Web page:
OTHER WORDS FROM febrilefe·bril·i·ty [fi-bril-i-tee], /fɪˈbrɪl ɪ ti/, nounnon·fe·brile, adjectivepost·fe·brile, adjectiveun·fe·brile, adjective
Words nearby febrile
What does febrile mean?
Febrile is a more formal way of saying feverish—having a fever.
A fever is an abnormally high body temperature, typically as the result of illness. In general, febrile can mean somehow related to or marked by fever. It is commonly used in formal medical contexts, but it can also be used metaphorically to describe situations marked by a state of anxious excitement.
Example: Nothing is worse than the febrile sweat that comes with the flu.
Where does febrile come from?
The first records of febrile come from the mid-1600s. It comes from the Latin febrīlis, from the Latin febris, “fever.” This root serves as the basis of many related words, including fever itself, febricity (“the state of being feverish”), febriferous (“producing fever”), febrifacient (“something that produces fever”), febricula (“a slight and short fever”), febrific (“marked by fever”), and febrifuge (“a medicine to reduce fever”).
Febrile is most often seen in medical situations involving fevers and their effects. Febrile illnesses are those that are usually accompanied by a fever. It is also used in the names of specific conditions like febrile convulsion (an effect of high fever in young children that involves involuntary shaking).
People sometimes use febrile to describe a situation or atmosphere with a lot of uncertainty, instability, or anxious excitement, as in the febrile period before the election. Similar things are implied by the term feverish and the phrase fever pitch (meaning “a high degree of excitement”). All of these terms reference the kind of delirious state that can accompany a high fever.
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What are some other forms related to febrile?
- febrility (noun)
- nonfebrile (adjective)
- postfebrile (adjective)
- prefebrile (adjective)
- unfebrile (adjective)
What are some synonyms for febrile?
What are some words that share a root or word element with febrile?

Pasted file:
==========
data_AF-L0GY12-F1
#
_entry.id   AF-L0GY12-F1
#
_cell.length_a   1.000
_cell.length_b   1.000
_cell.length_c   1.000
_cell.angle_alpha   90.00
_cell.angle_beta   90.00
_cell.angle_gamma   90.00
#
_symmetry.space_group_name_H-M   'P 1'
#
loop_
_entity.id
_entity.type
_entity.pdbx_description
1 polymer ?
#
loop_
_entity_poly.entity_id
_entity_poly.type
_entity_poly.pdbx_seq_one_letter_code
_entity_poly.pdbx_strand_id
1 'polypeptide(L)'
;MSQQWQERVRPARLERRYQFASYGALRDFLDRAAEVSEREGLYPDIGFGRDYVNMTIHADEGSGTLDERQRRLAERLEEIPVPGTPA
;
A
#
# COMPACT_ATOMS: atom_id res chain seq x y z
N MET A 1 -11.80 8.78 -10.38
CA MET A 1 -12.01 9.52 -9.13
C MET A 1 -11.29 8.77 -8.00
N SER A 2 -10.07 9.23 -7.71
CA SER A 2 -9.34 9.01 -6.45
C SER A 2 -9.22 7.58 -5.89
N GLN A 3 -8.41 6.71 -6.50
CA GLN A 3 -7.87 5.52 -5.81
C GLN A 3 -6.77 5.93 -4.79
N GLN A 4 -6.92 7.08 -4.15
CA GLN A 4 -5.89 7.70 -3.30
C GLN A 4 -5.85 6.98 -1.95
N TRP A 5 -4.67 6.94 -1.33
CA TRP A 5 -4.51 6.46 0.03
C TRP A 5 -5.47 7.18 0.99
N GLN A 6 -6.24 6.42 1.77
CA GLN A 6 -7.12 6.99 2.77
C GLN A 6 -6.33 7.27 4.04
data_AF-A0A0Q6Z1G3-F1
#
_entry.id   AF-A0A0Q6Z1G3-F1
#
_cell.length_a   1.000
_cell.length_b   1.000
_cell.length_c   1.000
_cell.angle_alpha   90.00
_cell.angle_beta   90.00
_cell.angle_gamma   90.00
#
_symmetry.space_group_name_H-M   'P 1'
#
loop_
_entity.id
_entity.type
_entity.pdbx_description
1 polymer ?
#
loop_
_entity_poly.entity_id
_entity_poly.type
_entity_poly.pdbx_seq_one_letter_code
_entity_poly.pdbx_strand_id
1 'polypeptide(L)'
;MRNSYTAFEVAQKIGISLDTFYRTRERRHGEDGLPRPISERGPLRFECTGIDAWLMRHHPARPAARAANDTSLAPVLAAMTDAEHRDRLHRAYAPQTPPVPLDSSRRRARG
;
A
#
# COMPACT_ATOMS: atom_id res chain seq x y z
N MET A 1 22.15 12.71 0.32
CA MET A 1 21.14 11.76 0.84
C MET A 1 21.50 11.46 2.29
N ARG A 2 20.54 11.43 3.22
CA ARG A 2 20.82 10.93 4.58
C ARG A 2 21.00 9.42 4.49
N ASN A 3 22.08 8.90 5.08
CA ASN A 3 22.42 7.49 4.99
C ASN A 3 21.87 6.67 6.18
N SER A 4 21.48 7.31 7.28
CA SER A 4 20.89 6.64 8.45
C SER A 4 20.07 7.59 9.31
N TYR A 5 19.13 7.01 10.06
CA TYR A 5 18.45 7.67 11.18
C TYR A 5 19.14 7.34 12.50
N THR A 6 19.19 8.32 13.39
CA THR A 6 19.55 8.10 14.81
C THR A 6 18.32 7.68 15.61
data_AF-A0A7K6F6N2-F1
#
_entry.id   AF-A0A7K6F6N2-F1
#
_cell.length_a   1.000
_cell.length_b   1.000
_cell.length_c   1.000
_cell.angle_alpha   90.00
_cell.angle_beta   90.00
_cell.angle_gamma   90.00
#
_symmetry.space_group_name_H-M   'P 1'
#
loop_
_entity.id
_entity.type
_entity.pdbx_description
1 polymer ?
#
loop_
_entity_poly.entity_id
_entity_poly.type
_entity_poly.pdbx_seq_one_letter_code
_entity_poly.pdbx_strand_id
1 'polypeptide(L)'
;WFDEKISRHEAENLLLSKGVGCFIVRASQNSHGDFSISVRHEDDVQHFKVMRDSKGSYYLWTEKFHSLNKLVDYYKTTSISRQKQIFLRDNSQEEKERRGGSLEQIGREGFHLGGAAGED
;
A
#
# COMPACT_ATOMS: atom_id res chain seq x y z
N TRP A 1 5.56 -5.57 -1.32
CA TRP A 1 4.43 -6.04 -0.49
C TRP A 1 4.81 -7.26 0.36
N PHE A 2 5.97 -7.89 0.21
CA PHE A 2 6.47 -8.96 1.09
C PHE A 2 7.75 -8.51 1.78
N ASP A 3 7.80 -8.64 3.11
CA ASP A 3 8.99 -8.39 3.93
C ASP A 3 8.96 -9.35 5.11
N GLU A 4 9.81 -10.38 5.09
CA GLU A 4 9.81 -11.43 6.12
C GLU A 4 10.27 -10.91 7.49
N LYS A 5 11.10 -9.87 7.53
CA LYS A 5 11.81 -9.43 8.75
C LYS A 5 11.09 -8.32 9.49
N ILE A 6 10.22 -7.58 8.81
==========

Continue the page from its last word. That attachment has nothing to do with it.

What are some words that often get used in discussing febrile?
How is febrile used in real life?
Febrile is most commonly used in a literal way to refer to an illness involving a fever. When it’s used metaphorically, it often implies that the situation is somehow negative.
Saw a 2 yo boy in the ED with 3 febrile seizures in the past 24 hours. Flu B+. Unimmunized.
The vaccine is better than the flu and it's not too late in the season. Please get vaccinated. #VaccinesWork
— Dan Freedman (@dfreedman7) December 22, 2019
In Feb I was flu tested during a febrile illness. I just got the almost $200 bill from the very same clinic I work in. My patients are low income. What an invaluable yet heartbreaking eye opener. This is healthcare in America. #MedTwitter #primarycare
— April Ehrlich, MD (@april_ehrlich) April 14, 2020
PM Boris Johnson faced anger in the House of Commons on Wednesday amid a febrile atmosphere in Parliament
Here's a recap of the day's raucous exchanges[Tap to expand] https://t.co/Nva7rRVgZZ pic.twitter.com/GNOoRGScsz
— BBC Politics (@BBCPolitics) September 26, 2019
Try using febrile!
Which of the following words is the closest synonym of febrile?
How to use febrile in a sentence
The result was “Spiral,” 52 minutes in the interzone, a cosmic axis where all points intersect, beholden to neither contemporary trends nor febrile nostalgia.
In the febrile atmosphere of Greece waiting for the onslaught everyone knows is coming, secret agents are proliferating.
But Beardsley was watching Pederson now, whose face took on a sudden febrile gleam.We're Friends, Now|Henry Hasse
If an acute febrile condition develops, the wound is mortal.Old-Time Makers of Medicine|James J. Walsh
Febrile and inflammatory diseases were all treated by the withdrawal of nourishment, carried to the extreme.An Epitome of the History of Medicine|Roswell Park
Everyone was febrile and overwrought except Anne-Marie herself, who seemed to trouble not at all about it.The Devourers|Annie Vivanti Chartres
Fewer colds; febrile attacks very slight; great elasticity in recovering from disease.Vegetable Diet: As Sanctioned by Medical Men, and by Experience in All Ages|William Andrus Alcott